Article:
Things I wish people understood….

I am continuing down the list of things that I wished people knew about PTSD:

http://medprecautions.com/23-things-i-wish-people-understood-about-ptsd/

I recommend following the link to the original post which shares their ideas on each one.

So I continue down the list. I am feeling like the list is stretching and I am thinking of more things not on the original list.

 

  • PTSD has helped me develop certain positive parts of myself; I find Post Traumatic Growth to be real (even though it’s difficult to perceive).

I had PTSD since I was five years old.  Giving it a label when I was 45.  Now it is 52 years and counting.  PTSD is how I grew up.  I recognize now how many strengths I developed by this constant need to struggle upward.  Bill Cosby’s “How long can you tread water” takes on new meaning. If I stop struggling upward, I rapidly sink below the surface.   Never ending battle upward.  I learned I can do anything for 5 minutes.  I learned persistence, understanding, awareness of other’s struggles, and many other strengths.  I like what the article said.

PTSD has forced me to develop some of my strong traits, most notably persistence, compassion, inner exploration, humbleness and knowledge about psychology and about myself.

The more I study my strengths the more I understand that PTSD contributed to their development.

 

  • Just because PTSD has helped me develop certain positive parts of myself doesn’t mean it is positive. My estimate is that I am experiencing 85% Post Traumatic Stress and 15% Post Traumatic Growth.

 

I believe the business 80/20 rule applies here too.  20% growth  with 80% hell.  Someone once said that they would like to be as emotionally strong as I am.  I first questioned their sanity but quickly realized they were looking at the surface me.  I also explained they wouldn’t want to go where I have been to get to where I am.  Strength does come with the struggle but without counseling I kept remaking the same mistakes in trying to survive.  The things I used to do before counseling made my life worse.  I needed to stop.  Learn skills that I wasn’t taught as a child. I did a complete emotional make over.  I was blessed with a counselor that understood the process and my resistance to those changes.  I was so terrified of letting go of those behaviors that kept me alive.  I’m still working on those changes I was taught.  Writing my blogs helps me review what I need to continue to do in my quest of healthy living.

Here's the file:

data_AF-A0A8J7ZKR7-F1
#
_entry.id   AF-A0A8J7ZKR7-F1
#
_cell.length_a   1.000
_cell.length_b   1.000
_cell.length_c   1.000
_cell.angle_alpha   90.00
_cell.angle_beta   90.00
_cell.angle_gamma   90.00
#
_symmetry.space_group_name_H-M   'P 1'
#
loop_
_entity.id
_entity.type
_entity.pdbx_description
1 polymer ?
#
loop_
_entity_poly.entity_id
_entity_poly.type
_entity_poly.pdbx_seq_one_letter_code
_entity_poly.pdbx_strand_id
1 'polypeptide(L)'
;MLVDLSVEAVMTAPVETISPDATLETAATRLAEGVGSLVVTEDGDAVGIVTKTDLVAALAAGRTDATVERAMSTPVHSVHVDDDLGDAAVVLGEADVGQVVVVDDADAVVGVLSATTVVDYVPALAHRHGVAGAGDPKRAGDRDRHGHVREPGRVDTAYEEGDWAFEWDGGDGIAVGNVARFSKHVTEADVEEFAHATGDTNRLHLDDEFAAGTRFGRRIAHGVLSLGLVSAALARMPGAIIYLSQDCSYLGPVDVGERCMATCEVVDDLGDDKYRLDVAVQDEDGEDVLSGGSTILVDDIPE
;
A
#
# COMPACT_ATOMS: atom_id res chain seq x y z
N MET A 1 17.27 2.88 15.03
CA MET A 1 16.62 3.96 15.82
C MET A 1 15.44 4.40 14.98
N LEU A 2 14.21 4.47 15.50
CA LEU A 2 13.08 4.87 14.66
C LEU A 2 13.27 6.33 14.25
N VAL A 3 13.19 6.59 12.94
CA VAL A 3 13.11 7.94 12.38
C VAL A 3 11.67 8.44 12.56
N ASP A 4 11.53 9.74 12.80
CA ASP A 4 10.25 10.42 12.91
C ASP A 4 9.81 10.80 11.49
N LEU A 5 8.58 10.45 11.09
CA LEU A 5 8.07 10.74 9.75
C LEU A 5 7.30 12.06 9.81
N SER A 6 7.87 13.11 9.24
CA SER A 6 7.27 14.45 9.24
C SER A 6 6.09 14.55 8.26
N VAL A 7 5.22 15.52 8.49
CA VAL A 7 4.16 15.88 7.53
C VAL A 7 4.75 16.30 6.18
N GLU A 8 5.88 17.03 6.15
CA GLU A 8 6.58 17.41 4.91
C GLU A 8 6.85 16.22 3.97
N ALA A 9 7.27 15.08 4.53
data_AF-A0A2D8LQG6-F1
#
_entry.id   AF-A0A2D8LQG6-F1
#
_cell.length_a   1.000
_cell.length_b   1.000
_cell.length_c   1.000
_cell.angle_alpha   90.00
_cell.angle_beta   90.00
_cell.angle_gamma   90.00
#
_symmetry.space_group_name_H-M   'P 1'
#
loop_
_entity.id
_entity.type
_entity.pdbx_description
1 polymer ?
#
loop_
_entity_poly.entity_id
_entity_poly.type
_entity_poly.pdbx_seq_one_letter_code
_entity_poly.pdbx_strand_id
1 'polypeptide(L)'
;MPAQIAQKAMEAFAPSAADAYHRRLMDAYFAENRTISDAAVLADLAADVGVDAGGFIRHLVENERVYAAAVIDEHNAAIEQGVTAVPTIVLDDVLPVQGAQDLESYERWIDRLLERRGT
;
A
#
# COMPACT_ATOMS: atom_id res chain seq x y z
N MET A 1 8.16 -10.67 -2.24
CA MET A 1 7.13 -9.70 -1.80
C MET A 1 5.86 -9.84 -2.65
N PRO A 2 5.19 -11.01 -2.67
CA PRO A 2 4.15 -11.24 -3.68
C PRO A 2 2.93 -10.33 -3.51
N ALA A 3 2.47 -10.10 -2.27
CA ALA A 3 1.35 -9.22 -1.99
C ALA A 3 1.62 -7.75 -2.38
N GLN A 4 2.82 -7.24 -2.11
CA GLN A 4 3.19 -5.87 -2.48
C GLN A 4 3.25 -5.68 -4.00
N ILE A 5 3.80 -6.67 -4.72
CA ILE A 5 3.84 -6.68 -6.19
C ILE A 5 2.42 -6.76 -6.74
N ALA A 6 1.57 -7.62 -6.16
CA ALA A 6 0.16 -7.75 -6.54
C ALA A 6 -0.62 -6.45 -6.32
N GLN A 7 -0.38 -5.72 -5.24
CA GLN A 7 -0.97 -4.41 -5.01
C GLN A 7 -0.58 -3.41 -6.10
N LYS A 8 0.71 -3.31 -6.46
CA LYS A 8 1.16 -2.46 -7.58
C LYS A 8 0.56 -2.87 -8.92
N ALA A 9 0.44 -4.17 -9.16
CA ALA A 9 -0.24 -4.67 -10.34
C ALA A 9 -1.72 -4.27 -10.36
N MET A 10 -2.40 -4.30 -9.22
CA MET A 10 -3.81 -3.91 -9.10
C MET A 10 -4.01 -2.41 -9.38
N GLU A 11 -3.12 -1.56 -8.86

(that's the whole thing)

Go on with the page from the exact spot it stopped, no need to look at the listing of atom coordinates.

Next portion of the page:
• What doesn’t kill you makes you weaker and stronger.

This one I can agree with.  The first time I heard the quote, “What doesn’t kill you makes you stronger.”  I wanted to smack them.  Yes, that person was my counselor.  I understood why he sat across the room from me, out of reach.  Cancer didn’t kill me but it weakened my body.  I did heal from it but now I am missing body parts, I certainly don’t feel stronger.  Behaviors adapted to survive as a child helped me during impossible situations but weakened my  ability to live healthy.  What made a difference for me is when I faced my weaknesses and worked at making them strengths.  My decision to fight back, restore my sense of self, to open myself to the changes I learned in counseling is when I started recognizing my strengths.  In my opinion, being hit by a car, if it doesn’t kill you, it breaks you.  Abuse if it doesn’t kill you, it breaks you.  Then you take those pieces into counseling and learn how to put the pieces together.  Fortunately my counselor understood that I wasn’t being put together back the way I was, he taught me to create a new design with the pieces left behind. I believe he taught me to create something beautiful like the stained glass windows.  http://www.lynchburgstainedglass.com/03_portfolio/religious%20stained%20glass/religious_stained_glass_port14.htm

RMM_4717Pieces of my life gathered together, learning to make something beautiful with them.

 

 

 

 

 

 

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